For 10 years the NC Medicaid and IPRS rate for Facility Based Crisis would only reimburse for 16 hours in a day, the other 8 hours our clients are sleeping (NC DMA rational when the rate was first floated at 16 hours instead of 24 hours). One of the primary symptoms of AOD withdrawal and psychiatric stabilization is insomnia, my clients are not sleeping I still have 2 Mental Health Workers covering the 8 hours which I have to reimburse them for their time. They are required to check on our clients every15/30 minutes, vitals check every 4 hours and medications are then given by the Med Tech. Using the Medicaid rate of $15.93 x 8 hours is $127.44, multiply that by our ADC12 = $1,529.28 per day, multiply that by 365 days = $558,187.20 x 10 years = $5.57 million. We are a private for-profit agency, but there has been no profit. The annual estimated loss of $500,000 keeps us from doing more for our clients, most of that money would be reinvested into the business; currently it is hand to mouth. If the Supreme Court agrees with Supremacy Clause does that mean I can sue NC Medicaid? How many years could I go back?. This rate was part of the Enhanced Behavioral Health Services. Should I talk with an attorney?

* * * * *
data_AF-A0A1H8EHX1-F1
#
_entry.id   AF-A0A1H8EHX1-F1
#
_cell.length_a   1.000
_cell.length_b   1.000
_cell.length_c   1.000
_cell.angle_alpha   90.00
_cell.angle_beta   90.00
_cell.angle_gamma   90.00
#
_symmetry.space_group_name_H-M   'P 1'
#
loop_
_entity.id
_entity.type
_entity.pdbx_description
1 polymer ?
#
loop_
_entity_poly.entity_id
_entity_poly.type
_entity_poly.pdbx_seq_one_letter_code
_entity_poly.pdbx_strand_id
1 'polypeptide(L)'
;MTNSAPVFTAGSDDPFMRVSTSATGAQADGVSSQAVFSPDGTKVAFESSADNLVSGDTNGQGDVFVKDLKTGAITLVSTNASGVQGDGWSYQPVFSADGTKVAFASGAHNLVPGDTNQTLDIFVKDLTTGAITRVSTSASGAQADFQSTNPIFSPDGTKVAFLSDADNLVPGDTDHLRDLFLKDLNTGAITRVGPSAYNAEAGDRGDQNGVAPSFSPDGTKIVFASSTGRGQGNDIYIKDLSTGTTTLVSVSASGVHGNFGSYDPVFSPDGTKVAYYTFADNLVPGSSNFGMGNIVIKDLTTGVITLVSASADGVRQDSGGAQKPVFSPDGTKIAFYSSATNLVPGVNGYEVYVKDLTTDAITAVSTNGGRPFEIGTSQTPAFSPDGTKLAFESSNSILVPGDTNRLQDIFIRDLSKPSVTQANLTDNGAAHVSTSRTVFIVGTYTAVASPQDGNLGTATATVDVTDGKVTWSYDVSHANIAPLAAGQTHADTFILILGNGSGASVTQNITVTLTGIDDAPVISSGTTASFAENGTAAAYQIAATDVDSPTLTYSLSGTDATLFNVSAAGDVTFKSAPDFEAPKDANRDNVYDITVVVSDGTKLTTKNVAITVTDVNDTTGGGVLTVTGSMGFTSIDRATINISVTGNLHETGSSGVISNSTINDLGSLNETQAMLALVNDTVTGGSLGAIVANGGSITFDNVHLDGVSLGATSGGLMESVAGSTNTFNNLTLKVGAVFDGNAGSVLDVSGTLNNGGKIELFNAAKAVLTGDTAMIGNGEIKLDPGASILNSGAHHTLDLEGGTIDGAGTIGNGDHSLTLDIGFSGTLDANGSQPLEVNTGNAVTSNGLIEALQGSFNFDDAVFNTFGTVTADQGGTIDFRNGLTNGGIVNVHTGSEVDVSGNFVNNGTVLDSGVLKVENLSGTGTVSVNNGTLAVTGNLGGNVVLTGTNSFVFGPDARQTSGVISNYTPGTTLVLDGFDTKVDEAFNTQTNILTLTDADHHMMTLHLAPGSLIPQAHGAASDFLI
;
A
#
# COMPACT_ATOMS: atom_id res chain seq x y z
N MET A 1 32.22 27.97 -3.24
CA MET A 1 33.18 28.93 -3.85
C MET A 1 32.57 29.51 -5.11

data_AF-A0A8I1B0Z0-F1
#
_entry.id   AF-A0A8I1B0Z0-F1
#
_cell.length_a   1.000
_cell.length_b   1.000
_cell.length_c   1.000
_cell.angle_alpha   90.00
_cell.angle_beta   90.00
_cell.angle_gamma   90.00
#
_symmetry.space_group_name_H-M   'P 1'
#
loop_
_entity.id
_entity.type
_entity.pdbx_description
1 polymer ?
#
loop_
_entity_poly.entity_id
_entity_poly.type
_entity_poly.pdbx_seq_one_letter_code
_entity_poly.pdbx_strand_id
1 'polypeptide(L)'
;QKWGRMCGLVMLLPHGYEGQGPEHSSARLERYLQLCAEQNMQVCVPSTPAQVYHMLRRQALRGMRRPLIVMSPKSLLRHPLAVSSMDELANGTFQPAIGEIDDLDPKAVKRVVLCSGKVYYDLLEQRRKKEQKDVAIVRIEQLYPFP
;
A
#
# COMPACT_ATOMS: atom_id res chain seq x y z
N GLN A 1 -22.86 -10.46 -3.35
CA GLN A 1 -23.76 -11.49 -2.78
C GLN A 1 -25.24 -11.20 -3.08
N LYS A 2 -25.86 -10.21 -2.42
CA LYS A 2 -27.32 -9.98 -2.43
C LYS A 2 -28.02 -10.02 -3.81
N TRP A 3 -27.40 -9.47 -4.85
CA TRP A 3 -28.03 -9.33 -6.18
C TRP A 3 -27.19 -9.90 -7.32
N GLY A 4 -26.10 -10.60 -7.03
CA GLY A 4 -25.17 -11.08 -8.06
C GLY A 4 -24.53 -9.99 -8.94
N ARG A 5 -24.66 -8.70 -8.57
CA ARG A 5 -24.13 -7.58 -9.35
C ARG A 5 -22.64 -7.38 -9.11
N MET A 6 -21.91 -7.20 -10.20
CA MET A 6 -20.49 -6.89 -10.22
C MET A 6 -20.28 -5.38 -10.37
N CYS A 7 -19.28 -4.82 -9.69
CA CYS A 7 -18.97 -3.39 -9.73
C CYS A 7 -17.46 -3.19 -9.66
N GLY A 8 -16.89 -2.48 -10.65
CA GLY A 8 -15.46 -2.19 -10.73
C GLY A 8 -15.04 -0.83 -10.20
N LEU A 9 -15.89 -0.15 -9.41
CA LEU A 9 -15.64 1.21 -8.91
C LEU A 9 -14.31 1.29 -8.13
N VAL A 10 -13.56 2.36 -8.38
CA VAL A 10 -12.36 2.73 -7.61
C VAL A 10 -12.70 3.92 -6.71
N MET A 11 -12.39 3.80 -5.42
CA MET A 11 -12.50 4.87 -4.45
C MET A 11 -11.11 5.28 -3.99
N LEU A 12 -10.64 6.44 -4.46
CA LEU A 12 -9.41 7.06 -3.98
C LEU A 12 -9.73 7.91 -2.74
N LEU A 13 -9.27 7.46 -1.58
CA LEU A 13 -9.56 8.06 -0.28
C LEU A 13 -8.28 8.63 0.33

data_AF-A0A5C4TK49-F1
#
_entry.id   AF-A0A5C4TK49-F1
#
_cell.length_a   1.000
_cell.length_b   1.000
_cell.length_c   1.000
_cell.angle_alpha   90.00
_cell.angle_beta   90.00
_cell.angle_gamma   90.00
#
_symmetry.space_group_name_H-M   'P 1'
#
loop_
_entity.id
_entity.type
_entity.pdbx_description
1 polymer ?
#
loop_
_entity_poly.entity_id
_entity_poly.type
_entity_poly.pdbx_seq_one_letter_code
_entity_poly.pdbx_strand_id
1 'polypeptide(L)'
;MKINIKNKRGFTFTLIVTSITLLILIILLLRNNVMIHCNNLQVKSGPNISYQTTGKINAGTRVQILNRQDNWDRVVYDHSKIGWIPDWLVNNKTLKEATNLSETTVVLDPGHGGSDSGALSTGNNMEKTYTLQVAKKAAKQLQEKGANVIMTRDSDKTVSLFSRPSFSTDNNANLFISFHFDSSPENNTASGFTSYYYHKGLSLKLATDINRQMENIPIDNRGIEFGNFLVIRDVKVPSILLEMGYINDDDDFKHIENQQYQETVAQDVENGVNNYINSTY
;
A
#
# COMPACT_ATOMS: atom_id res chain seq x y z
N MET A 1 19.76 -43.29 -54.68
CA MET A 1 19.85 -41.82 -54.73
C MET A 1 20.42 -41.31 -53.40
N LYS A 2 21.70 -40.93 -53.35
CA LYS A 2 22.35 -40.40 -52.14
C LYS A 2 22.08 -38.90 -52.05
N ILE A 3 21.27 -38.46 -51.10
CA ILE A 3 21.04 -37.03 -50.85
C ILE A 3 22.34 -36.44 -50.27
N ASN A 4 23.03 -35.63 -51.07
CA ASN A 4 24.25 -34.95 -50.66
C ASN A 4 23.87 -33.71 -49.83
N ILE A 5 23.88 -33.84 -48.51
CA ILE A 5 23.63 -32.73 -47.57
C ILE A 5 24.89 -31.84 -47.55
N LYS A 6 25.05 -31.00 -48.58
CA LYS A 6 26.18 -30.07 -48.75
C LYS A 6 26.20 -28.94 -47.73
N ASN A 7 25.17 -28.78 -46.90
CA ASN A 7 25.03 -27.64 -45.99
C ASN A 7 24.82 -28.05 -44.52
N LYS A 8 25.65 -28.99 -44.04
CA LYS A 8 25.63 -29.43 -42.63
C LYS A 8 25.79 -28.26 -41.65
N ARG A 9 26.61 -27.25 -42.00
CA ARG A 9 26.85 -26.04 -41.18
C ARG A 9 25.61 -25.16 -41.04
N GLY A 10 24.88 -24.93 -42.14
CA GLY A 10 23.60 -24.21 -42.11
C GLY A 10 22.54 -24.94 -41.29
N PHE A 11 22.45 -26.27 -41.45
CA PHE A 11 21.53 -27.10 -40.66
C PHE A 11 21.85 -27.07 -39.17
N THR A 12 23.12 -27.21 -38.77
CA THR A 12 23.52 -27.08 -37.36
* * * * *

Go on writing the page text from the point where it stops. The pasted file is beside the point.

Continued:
Very interesting, Carl. In my opinion, there is no reason to wait for the Supreme Court’s decision. As I stated in my blog, there is more than one way to skin a cat. For your remaining questions, I believe it would behoove you to consult an attorney. But you are talking about real money and real unrealized profit.
I read the Argument Analysis post and it seems rather complex so I returned to this post to pose a question.
Insurance companies have various rates. As a provider, I can pick and choose which insurance companies I want to contract with. If I don’t like the rates then I don’t have to become paneled with them.
Does Medicaid take this position, too, and does it hold merit? Does NC Medicaid have the position of – “these are our rates and if you are Direct Enrolled as a Provider then you are contracting and agreeing to these reimbursements. We are not forcing you to do anything and if you no longer wish to participate then send us a letter opting out of the network”? Would this ‘take it or leave it’ argument stand in court?
For Carl (the previous poster), I too am aware of the huge difference of what is clinically appropriate and necessary (24 hour monitoring for safety) versus what is reimbursed (16 out of 24 hours). There are many proverbial ‘unfunded mandates.’
I look forward to hearing Knicole’s response concerning the ‘you can choose to contract with us or not’ position of NC Medicaid.
I believe that your “you can choose to contract with us or not” position is one of numerous arguments the state would make. However, the federal statute that requires that the rate take into account access to care, cost of care and quality of care trumps any “take it or leave it” argument. In other words, the state can set the rate and say “take it or leave it” until the rate drops below a certain threshold that now cannot reasonably compensate a provider for the cost of care. What that threshold is is unclear and would be the crux of any lawsuit.
Thanks, Knicole – keep up the good work.